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Scaffolding Safety Tips that May Save Your Life



An estimated 2.3 million construction workers, or 65 percent of the construction industry, work on scaffolds. But scaffolding hazards continue to rank high on the list of the most frequently cited standards in the construction industry. [Source: US DOL]


TRAINING Working on scaffolding can be very dangerous if the proper safety precautions are not maintained. Safety regulations mandate that all workers involved in scaffolding work receive proper training. This helps keep everyone on and around the scaffolding safe at all times.

DON'T OVERLOAD Follow the safe load capacities as given by the scaffold manufacturer. There is a limit even to what steel can support. Scaffolding and components must support their own weight and 4 times the maximum intended load applied.


DAMAGED PARTS Before setting up your work platforms, you must inspect all of your materials before construction. Make sure none of the parts you use have any defects or damage that could compromise the structural integrity of your scaffolds. Bent or otherwise damaged end frames or braces should not be used. Replace any compromised components immediately.

INSPECTIONS Scaffolding structures need to be constantly maintained and inspected in order to retain their structural integrity and safety. Inspections by the general contractor, contractor, or owner on a periodic and daily basis are needed to ensure the structure remains functional and safe, making sure that boards are all still intact and that all of the components are still in good shape. Scaffolds with a height to base width ratio of more than 4:1 should be tied or braced to the building. Always follow manufacturer recommendations.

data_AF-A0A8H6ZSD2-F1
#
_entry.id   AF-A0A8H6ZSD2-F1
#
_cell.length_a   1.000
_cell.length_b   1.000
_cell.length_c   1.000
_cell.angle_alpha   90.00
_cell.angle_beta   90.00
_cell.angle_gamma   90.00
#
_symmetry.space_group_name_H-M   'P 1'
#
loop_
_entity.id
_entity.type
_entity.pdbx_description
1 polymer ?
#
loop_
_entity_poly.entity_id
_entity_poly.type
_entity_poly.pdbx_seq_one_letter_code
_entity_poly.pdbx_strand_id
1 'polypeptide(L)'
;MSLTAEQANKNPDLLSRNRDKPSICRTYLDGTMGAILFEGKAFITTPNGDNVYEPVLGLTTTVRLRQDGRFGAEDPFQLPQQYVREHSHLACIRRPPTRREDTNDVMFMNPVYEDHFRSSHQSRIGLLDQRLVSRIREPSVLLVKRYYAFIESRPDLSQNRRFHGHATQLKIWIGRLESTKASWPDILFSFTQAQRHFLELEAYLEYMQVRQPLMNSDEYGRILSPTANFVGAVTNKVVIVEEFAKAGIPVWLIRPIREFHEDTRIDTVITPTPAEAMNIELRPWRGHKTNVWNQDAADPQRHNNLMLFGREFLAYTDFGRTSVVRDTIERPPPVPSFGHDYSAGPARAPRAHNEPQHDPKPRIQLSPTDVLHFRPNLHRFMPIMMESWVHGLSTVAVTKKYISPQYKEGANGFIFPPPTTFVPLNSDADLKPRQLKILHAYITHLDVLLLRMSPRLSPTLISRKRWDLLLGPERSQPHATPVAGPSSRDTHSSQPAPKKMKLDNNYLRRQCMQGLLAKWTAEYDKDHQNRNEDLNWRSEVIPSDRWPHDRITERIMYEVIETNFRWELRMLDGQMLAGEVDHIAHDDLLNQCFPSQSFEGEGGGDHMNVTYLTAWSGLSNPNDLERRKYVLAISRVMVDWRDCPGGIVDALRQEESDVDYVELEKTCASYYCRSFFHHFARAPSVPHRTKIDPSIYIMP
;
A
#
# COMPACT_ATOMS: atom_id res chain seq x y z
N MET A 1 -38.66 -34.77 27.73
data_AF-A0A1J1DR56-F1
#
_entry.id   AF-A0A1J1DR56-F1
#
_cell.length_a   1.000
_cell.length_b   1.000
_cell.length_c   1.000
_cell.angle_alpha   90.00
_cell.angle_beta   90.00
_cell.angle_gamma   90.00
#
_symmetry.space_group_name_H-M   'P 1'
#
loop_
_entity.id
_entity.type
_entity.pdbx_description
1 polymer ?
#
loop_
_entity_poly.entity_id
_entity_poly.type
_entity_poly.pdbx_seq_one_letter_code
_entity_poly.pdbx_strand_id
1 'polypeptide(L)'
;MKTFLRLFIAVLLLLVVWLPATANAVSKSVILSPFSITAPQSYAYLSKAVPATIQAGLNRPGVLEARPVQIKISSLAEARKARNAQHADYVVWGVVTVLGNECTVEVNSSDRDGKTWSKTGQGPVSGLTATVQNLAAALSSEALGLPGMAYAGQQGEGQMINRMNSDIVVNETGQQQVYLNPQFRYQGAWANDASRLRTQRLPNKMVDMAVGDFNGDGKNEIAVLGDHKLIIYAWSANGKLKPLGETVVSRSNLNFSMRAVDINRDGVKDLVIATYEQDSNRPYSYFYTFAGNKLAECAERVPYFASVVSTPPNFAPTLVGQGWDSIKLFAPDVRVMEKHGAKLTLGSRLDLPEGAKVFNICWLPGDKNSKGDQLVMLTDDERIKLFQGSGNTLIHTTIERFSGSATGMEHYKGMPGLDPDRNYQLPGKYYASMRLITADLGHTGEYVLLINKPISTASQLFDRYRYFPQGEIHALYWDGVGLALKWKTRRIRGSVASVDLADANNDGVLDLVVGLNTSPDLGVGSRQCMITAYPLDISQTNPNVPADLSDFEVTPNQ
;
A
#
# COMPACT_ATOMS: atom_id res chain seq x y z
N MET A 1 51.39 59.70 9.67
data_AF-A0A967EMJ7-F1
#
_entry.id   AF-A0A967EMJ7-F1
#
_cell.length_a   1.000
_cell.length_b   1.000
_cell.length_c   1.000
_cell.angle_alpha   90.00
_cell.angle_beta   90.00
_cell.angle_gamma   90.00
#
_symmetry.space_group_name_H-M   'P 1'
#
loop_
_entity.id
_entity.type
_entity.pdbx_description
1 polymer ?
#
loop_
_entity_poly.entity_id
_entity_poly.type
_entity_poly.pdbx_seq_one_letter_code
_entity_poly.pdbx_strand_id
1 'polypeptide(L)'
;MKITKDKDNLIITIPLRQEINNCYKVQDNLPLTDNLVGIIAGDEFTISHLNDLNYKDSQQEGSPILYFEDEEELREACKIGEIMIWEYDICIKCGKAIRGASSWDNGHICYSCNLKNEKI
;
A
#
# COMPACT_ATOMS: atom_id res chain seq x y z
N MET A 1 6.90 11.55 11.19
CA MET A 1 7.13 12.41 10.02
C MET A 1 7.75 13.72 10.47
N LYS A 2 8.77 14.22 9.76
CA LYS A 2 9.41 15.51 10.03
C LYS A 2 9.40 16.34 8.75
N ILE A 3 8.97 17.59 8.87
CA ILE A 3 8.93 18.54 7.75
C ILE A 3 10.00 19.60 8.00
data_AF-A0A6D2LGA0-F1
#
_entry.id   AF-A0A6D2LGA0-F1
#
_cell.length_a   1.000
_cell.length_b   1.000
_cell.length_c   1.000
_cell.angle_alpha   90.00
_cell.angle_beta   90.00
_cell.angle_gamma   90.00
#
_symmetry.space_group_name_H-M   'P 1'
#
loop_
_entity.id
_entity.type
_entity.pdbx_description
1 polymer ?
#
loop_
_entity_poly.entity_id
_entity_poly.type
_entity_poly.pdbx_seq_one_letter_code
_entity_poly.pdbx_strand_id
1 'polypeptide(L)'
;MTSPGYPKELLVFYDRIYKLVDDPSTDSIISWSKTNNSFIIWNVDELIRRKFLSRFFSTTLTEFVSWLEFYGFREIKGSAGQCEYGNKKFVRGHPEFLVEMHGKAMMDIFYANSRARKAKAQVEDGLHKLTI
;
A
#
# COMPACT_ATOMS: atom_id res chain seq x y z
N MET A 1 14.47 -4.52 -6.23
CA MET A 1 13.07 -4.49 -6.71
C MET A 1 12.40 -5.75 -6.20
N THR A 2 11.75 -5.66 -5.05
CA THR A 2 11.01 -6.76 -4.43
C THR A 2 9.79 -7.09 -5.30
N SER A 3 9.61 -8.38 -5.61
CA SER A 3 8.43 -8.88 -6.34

WEATHER CHECKS Avoid working on scaffolds in bad weather or high winds. Platforms should be cleared of ice and snow. Use extra caution to prevent falls.

IDENTIFY HAZARDS Hazard awareness will help you avoid danger and easily solve problems.

Common hazards are:

  • Falls from elevation, due to lack of fall protection

  • Collapse of scaffolding, caused by instability or overloading

  • Being struck by falling tools, work materials, or debris

  • Electrocution, principally due to proximity of the scaffold to overhead power lines

EQUIPMENT Any workers who will be on or around scaffolding should be wearing the proper personal protective equipment (PPE) to guard against injury. This includes headgear which will protect against falling objects, high quality gloves which will protect against cuts and abrasions, and non-slip footwear which will grip surfaces better, especially if they happen to be somewhat moist. All of it will help maximize your safety.


View: A Guide to Scaffold Use in the Construction Industry



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